The success of the YouTube podcast demonstrates the effortless effectiveness of the video platform

In recent years, Spotify has completely dedicated itself to podcasting. The Swedish company has spent hundreds of millions of dollars to secure exclusive broadcasting rights for some of the industry’s best-known podcasters, including over $200 million for Joe Rogan, and has acquired several companies expanding its podcasting infrastructure.

However, as Insider reported Saturday, Spotify’s podcasting popularity still lags behind that of YouTube, whose executives have shown little interest in developing the format. Although minimal resources are devoted to podcasting, YouTube is the top destination for long-form audio listeners, according to multiple surveys.

It’s a somewhat surprising turn of events that underscores how successful YouTube has been in creating a long-term franchise in the highly competitive and fast-moving consumer internet sector.

YouTube has done this by largely sticking to its core platform, choosing to gradually integrate music streaming, television, and several other features as tastes change and demand increases. While some social media competitors have made aggressive acquisitions or sweeping platform changes to accelerate growth, YouTube has stuck to its video- and creator-centric roots.

The approach has ensured YouTube remains popular across multiple demographics, particularly younger generations who value visual media and authenticity. YouTube is the most visited website for watching videos and listening to music worldwide, while its short video offering closely competes with TikTok. As a result, advertising revenue has grown from $8.2 billion in 2017 to $28.9 billion in 2021.

The fruits of this strategy can be seen in YouTube’s advances in podcasting, an industry expected to generate $2 billion in revenue this year.

Many podcast listeners today want to listen and Watch in-depth interviews, making YouTube’s premier video platform a natural landing spot. YouTube’s appeal to younger viewers also aligns well with podcast listeners, about half of whom are under the age of 35, according to Edison Research and Triton Digital. Additionally, YouTube offers content creators some of the best ad revenue sharing terms on the market, giving podcasters more incentive to post on the platform.

All of this despite the fact that YouTube is doing “almost nothing” to build a dedicated podcasting business, Insider reported. (YouTube officials said they plan to launch several podcast-specific features in the coming months, including a dedicated homepage, and announced that NPR will begin posting more than 20 podcasts on the platform.)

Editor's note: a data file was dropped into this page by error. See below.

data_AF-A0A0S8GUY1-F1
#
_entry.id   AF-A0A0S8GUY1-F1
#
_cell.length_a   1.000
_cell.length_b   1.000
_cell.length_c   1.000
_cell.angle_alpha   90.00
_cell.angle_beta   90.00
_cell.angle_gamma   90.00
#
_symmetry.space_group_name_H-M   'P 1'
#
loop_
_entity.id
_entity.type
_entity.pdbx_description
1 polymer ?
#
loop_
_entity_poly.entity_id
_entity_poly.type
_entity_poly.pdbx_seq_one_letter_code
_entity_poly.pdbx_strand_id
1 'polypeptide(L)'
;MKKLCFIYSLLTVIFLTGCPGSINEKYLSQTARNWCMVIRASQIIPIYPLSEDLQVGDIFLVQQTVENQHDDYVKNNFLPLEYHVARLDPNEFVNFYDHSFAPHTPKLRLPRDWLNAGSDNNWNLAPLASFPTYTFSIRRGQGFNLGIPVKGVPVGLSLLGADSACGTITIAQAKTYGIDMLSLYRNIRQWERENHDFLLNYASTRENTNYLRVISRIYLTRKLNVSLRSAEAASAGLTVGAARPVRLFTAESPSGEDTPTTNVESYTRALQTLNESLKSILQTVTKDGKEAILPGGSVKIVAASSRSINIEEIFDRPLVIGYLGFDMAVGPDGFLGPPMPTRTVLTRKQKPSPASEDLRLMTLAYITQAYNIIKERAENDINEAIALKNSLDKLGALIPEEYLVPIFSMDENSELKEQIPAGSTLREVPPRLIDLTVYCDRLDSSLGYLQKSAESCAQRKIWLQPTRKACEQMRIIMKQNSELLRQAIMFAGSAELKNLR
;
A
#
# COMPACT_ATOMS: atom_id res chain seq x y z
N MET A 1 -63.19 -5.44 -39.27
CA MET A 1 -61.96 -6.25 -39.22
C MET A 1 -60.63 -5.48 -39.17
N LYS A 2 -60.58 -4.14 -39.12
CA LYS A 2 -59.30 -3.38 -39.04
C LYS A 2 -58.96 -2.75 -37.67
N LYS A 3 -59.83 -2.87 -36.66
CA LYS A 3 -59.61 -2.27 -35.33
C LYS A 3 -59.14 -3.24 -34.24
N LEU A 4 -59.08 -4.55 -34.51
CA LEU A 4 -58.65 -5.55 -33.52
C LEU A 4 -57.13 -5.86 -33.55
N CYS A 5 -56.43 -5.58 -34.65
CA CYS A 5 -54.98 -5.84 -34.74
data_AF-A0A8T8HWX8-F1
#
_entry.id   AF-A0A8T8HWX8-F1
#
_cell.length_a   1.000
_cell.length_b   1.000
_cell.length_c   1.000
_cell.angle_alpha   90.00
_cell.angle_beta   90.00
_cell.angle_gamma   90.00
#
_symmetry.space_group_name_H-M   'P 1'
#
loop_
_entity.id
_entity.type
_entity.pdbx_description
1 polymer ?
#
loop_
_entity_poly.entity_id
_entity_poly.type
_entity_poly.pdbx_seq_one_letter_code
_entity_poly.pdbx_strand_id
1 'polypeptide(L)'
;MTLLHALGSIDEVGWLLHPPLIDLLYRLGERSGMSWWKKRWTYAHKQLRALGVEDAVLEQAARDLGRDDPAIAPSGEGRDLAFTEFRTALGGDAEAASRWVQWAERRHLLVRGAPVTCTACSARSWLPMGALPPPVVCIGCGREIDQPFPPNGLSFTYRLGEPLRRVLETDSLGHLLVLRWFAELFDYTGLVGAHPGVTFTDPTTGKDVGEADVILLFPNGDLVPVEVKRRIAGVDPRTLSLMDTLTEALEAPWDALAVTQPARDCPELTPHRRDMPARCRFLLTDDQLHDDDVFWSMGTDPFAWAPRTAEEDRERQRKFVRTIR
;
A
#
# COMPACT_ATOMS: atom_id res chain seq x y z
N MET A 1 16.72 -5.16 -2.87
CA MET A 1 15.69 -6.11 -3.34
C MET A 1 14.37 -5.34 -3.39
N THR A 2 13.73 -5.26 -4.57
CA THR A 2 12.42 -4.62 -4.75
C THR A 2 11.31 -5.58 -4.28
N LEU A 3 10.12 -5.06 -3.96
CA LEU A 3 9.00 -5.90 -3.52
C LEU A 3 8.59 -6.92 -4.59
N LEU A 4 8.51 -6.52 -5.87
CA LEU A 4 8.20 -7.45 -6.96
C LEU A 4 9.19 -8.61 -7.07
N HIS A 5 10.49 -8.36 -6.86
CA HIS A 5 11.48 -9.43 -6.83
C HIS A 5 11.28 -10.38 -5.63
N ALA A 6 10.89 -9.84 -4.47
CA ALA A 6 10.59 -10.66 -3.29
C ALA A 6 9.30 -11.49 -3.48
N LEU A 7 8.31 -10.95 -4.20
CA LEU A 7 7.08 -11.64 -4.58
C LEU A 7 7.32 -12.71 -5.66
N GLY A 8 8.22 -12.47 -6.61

Going forward, there’s little reason to believe YouTube won’t be able to maintain this level of success.

While the space is feeling the brunt of global economic and advertising headwinds — revenue grew just 9% in the first half of 2022, a low figure compared to previous years — YouTube’s audience is stronger than ever. Alphabet executives reported earlier this year that more than 2 billion people use YouTube every month. YouTube Shorts, the company’s short-form video feature, had 1.5 billion active viewers by the end of Q2 (TikTok eclipsed 1 billion in September 2021 but hasn’t delivered an update since).

Perhaps most importantly, younger generations are finding YouTube indispensable, a trend that bodes well for decades to come. A recent poll by Pew Research found that 95% of teens surveyed use YouTube, well ahead of TikTok (67%), Instagram (62%), Snapchat (59%), and Facebook (32%).

YouTube is also not burdened with the baggage that weighs on its competitors. As TikTok’s Chinese owners grapple with American lawmakers over national security concerns and Meta grapples with stagnant user growth, YouTube’s biggest immediate concern may be how to squeeze ad dollars from its Shorts feature. (Antitrust advocates have pushed for Alphabet to be broken up, but that prospect seems a long way off.)

YouTube will inevitably encounter a shattering event, perhaps a shift away from static video towards augmented and virtual reality. But as the unexpected podcast triumph demonstrates, the foundation for building even bigger companies remains in place.

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Jacob Zimmerman